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Nuclear disaster casts shadow over future of UK’s energy plans

Confidence in nuclear power following Fukushima is low. Picture: Getty

Confidence in nuclear power following Fukushima is low. Picture: Getty

  • by David Maddox
 

THE UK government’s energy strategy has suffered a blow after two of the big six power companies announced they would be pulling out of developing new nuclear plants.

The decision by German-based energy companies RWE npower and E.ON follows uncertainty over nuclear energy following the Fukushima disaster last year after a tsunami hit the coast of Japan.

The companies said that they would not proceed with their Horizon project, which looked to develop nuclear reactors at Wylfa in North Wales and at Oldbury-on-Severn in Gloucestershire.

Their decision follows a similar announcement by Scottish and Southern Electricity last year.

Analysts said the decision meant the future of nuclear power in the UK could now be in doubt.

It also left a hole in the UK government’s strategy after the Lib Dems had been persuaded to develop future nuclear power stations.

Gary Smith, of the GMB union, said: “This is a devastating blow, which leaves the UK government energy strategy in tatters.”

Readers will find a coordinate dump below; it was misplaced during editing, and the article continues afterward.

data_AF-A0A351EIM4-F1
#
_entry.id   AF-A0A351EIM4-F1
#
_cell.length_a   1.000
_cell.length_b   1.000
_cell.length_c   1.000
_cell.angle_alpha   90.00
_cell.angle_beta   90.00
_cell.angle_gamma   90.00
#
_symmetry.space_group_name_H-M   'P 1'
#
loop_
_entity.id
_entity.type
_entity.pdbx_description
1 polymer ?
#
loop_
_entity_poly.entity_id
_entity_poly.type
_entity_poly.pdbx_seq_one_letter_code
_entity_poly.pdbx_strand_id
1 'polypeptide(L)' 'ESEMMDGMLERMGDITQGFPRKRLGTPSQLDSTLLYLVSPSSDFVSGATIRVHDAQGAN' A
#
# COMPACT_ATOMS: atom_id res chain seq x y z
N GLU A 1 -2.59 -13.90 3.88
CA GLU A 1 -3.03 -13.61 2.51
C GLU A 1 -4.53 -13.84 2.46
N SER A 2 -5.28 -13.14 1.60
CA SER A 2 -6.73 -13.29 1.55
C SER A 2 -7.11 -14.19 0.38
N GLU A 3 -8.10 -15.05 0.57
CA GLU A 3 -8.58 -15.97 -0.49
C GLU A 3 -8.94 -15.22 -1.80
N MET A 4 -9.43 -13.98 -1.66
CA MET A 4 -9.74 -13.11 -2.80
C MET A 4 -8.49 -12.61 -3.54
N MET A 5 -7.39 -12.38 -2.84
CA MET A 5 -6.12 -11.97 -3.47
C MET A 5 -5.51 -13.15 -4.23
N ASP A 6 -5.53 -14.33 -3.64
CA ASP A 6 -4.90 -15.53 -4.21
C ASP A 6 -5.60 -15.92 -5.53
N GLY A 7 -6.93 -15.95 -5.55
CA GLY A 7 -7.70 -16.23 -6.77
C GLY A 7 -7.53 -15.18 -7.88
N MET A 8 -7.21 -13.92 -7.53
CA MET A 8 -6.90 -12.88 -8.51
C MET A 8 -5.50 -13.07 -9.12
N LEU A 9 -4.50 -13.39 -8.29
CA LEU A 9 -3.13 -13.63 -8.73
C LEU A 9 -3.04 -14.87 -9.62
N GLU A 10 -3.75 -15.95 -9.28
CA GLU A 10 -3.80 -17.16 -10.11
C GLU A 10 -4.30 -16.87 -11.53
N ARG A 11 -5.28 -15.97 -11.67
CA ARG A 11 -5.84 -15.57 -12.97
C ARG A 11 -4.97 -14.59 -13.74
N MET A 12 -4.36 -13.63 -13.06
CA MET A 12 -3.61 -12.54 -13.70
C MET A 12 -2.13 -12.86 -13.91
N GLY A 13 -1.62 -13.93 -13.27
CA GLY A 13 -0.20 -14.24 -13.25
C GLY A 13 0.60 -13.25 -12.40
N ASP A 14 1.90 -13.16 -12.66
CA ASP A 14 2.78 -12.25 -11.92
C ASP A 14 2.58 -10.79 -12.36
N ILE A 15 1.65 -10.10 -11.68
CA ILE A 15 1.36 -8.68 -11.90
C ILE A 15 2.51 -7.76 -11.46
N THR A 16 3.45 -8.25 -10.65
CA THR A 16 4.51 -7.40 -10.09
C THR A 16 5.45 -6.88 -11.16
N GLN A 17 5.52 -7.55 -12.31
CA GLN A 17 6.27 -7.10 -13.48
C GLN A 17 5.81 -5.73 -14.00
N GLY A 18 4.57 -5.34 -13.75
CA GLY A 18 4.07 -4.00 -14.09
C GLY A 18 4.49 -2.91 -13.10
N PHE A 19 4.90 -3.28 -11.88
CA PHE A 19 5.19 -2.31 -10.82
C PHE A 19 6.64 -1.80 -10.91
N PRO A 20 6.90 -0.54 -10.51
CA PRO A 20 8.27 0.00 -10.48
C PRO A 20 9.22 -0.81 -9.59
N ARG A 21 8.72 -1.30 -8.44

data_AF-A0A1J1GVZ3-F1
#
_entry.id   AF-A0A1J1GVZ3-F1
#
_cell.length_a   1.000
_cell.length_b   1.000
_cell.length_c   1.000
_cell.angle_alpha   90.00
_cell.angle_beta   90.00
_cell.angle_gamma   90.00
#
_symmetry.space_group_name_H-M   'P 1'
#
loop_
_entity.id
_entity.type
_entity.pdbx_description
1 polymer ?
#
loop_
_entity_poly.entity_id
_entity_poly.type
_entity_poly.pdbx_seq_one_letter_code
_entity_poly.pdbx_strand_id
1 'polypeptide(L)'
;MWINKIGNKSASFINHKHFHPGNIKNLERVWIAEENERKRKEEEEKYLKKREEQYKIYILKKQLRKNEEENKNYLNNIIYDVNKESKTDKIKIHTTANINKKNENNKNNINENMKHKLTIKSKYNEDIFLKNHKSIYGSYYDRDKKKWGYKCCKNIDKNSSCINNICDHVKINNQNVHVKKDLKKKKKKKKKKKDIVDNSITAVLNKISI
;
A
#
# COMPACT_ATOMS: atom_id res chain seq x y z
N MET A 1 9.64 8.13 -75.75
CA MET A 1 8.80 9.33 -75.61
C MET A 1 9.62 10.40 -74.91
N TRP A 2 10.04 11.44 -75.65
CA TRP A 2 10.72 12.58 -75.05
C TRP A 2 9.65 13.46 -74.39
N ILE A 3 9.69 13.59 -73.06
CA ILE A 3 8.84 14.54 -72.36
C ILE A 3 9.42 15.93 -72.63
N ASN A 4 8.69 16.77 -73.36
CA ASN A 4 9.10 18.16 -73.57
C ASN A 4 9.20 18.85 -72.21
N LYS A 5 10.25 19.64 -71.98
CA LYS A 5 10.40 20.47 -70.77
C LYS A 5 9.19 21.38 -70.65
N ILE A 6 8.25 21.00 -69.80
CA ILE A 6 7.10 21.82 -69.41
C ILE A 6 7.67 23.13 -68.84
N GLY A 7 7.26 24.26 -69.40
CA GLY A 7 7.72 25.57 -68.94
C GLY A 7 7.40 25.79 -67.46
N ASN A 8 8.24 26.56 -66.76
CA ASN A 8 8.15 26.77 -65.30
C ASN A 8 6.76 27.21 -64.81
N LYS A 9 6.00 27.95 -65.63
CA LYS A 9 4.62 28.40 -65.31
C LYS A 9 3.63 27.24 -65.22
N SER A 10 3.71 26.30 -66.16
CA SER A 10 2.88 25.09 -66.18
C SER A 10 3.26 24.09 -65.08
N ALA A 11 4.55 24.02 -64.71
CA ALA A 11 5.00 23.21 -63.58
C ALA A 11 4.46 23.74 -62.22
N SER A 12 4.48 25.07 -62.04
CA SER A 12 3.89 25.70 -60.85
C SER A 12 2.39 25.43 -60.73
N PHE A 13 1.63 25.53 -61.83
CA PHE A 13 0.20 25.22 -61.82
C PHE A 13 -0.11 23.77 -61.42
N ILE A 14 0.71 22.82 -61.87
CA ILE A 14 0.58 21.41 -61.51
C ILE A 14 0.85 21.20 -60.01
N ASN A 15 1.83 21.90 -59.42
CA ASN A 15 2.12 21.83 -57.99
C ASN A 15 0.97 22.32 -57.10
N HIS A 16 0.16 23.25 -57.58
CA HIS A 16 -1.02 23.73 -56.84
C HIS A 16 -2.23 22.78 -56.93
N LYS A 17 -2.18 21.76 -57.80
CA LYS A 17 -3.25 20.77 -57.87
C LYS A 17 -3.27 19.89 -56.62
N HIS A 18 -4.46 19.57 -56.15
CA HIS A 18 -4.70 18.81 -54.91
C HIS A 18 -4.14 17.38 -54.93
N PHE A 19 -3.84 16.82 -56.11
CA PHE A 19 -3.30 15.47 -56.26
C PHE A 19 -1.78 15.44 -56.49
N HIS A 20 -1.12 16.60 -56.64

However, one of the big six, EDF, last night committed to continuing with nuclear energy development.

Vincent de Rivaz, the chief executive of EDF Energy, said the power giant’s partnership with Centrica would continue.

“We are determined to make UK new nuclear a success,” he said. “The UK needs investment in a diverse mix of energy sources, including nuclear, gas and renewables.”

But last night environmental groups seized on the news as evidence that nuclear power, which provides just under a fifth of UK electricity supplies, was not a viable option for the country’s future energy mix.

Greenpeace’s policy director, Doug Parr, said: “The government’s energy strategy is crumbling. Not even the billions of pounds of taxpayers’ money they have offered as incentives to the German and French nuclear industry are enough to make a new generation of power stations economically viable.

“The future isn’t nuclear – the future is green.”

The announcement was also seen as a vindication of the Scottish Government’s decision to block new nuclear power plants north of the Border.

SNP energy spokesman Mike Weir said: “Despite the UK government bending over backwards to rig the market in favour of nuclear power, the decision by these companies to pull out shows that nuclear power is simply not the answer to our energy needs.

“The SNP Scottish Government has led the way by rejecting nuclear and setting a 100 per cent renewables target for Scotland’s own electricity use.”

Unions warned the announcement would hit jobs at a difficult time in the economy.

TUC general secretary Brendan Barber said: “This is a major jobs blow for the construction and engineering sectors, but it also exposes the government’s position.

“If you think nuclear power has an important role in decarbonising the economy, as ministers say, then you have to make sure that these kinds of very long-term investments occur.”

Business organisations also warned it would hit the UK’s energy supply and security.

 

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